Justifications for believing a historical narrative

A major bone of contention between us (TSZ) and our friends at Uncommon Descent is origins, how things came to be.
It is pretty clear from their recent writings that despite earlier protestations to the contrary, UD is a Christian apologetics website looking to boost and support the Christian story of origins.

Barry has claimed: “The documents constituting the New Testament are vouchsafed with the blood of the martyrs. Nothing else comes remotely close.”
http://www.uncommondescent.com/off-topic/73021/

Islam and the Heaven’s Gate cult also have had people willing to die for them. So, they come close. Also, not all of them can be true given their contradictory truth claims. We can therefore rule out wanting to die for something being a guarantee of truth.
KirosFocus looks to bolster the argument with “with 500 core witnesses, not one of whom could be turned by the threats or inducements of state agents determined to uproot what they saw as a potential source of uprisings”, but as far as I can tell this is poor thinking, he is citing the bible to support the biblical account (1 Cor 15:1) – So the number is irrelevant, we are still left with only the primary source.

KF also tells us, “we have four eyewitness lifespan biographies, one of which is volume 1 of the earliest history of the Christian movement, credibly initially complete c 62 AD. a two-volume work that has been abundantly vindicated as to habitual, detailed accuracy and capturing nuances of setting in ways not plausible for people projecting back from later times. This consciously historical work uses a second biography as a major source, reinforcing the conclusion”

This is closer to the truth; there are four accounts that were written at the earliest decades after the purported events all of which are part of the bible, not independent support for it. I image that people at that time would understand the nuances of biblical times far better than we do, so I’m not sure there’s any argument about ‘good context’ to be made.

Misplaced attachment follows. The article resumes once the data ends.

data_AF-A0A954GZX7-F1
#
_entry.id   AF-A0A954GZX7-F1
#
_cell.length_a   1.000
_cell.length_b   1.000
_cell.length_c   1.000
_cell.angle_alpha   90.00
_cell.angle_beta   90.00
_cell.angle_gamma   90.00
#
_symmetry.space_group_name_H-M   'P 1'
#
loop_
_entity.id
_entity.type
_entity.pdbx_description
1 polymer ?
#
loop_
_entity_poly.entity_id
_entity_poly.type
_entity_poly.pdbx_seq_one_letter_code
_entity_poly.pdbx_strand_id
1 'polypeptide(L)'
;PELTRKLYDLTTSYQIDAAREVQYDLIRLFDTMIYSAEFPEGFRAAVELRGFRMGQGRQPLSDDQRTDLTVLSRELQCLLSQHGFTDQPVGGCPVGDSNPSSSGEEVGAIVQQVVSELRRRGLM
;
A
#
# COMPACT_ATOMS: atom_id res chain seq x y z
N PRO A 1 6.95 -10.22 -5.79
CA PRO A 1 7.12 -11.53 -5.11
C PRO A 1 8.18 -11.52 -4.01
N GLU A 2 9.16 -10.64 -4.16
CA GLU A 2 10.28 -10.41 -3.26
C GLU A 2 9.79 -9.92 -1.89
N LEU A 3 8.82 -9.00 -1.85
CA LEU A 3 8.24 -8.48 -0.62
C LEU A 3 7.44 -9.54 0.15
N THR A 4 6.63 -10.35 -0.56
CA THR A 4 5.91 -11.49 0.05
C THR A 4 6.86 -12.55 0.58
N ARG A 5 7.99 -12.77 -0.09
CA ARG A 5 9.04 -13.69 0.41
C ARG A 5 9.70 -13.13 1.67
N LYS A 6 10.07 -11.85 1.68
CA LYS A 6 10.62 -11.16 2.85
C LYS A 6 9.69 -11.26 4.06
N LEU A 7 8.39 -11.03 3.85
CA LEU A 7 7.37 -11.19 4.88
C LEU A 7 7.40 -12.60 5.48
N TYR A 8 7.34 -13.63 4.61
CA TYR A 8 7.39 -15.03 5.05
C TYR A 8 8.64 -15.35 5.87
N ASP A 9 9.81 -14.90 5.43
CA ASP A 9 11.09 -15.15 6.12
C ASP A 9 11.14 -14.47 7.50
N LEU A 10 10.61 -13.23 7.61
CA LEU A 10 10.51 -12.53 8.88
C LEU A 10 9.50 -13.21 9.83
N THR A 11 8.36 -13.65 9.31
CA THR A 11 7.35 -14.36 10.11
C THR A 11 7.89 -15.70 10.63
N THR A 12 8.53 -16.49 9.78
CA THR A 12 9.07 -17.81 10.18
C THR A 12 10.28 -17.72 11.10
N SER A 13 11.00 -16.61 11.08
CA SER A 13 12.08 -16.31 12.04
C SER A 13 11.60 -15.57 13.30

See also (https://en.wikipedia.org/wiki/Synoptic_Gospels#The_synoptic_problem)

So my question is, outside of the bible, what historical evidence do we have for the story of Jesus? Having been told by Barry “The death, burial and resurrection of Jesus Christ is one of the most reliably documented events in all of human history.” (http://www.uncommondescent.com/intelligent-design/on-why-liars-lie/#comment-580232) I’d like to see those documents, the non-biblical ones.

The scientific aim is obviously to have a consilient picture of events, multiple independent and reinforcing narratives, like this: http://www.talkorigins.org/faqs/comdesc/

257 thoughts on “Justifications for believing a historical narrative

  1. Has anything of interest taken place in this thread?

    Has it been decided what might possibly justify belief in a historical narrative?

    Or was that not really the point of the OP.

  2. Mung: Has anything of interest taken place in this thread?

    Yes, you’ve shied away from describing how you picked your preferred historical religious truth claims, despite being asked many times, nicely.

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